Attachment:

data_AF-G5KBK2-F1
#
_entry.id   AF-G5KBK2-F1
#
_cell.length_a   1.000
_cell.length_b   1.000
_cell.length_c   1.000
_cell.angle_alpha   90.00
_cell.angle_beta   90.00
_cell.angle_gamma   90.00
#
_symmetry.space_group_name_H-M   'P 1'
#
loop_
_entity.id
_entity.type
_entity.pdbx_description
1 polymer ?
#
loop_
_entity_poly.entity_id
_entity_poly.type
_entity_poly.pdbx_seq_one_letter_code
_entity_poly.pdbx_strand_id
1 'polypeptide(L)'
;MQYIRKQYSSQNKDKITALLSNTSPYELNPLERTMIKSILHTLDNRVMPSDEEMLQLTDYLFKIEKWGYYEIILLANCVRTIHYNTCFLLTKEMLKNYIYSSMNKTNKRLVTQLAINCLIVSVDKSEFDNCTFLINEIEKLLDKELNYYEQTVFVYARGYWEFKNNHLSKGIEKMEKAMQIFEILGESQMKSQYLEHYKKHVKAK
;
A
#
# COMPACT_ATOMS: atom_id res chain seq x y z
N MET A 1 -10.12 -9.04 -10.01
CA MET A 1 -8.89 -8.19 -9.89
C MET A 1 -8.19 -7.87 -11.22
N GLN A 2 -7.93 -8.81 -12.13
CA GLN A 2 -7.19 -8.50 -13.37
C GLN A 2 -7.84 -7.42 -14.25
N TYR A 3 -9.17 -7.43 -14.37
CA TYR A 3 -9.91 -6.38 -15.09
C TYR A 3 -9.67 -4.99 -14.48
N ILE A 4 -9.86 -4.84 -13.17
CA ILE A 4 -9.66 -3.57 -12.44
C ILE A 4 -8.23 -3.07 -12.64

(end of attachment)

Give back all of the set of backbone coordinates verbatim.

data_AF-G5KBK2-F1
#
_entry.id   AF-G5KBK2-F1
#
_cell.length_a   1.000
_cell.length_b   1.000
_cell.length_c   1.000
_cell.angle_alpha   90.00
_cell.angle_beta   90.00
_cell.angle_gamma   90.00
#
_symmetry.space_group_name_H-M   'P 1'
#
loop_
_entity.id
_entity.type
_entity.pdbx_description
1 polymer ?
#
loop_
_entity_poly.entity_id
_entity_poly.type
_entity_poly.pdbx_seq_one_letter_code
_entity_poly.pdbx_strand_id
1 'polypeptide(L)'
;MQYIRKQYSSQNKDKITALLSNTSPYELNPLERTMIKSILHTLDNRVMPSDEEMLQLTDYLFKIEKWGYYEIILLANCVRTIHYNTCFLLTKEMLKNYIYSSMNKTNKRLVTQLAINCLIVSVDKSEFDNCTFLINEIEKLLDKELNYYEQTVFVYARGYWEFKNNHLSKGIEKMEKAMQIFEILGESQMKSQYLEHYKKHVKAK
;
A
#
# COMPACT_ATOMS: atom_id res chain seq x y z
N MET A 1 -10.12 -9.04 -10.01
CA MET A 1 -8.89 -8.19 -9.89
C MET A 1 -8.19 -7.87 -11.22
N GLN A 2 -7.93 -8.81 -12.13
CA GLN A 2 -7.19 -8.50 -13.37
C GLN A 2 -7.84 -7.42 -14.25
N TYR A 3 -9.17 -7.43 -14.37
CA TYR A 3 -9.91 -6.38 -15.09
C TYR A 3 -9.67 -4.99 -14.48
N ILE A 4 -9.86 -4.84 -13.17
CA ILE A 4 -9.66 -3.57 -12.44
C ILE A 4 -8.23 -3.07 -12.64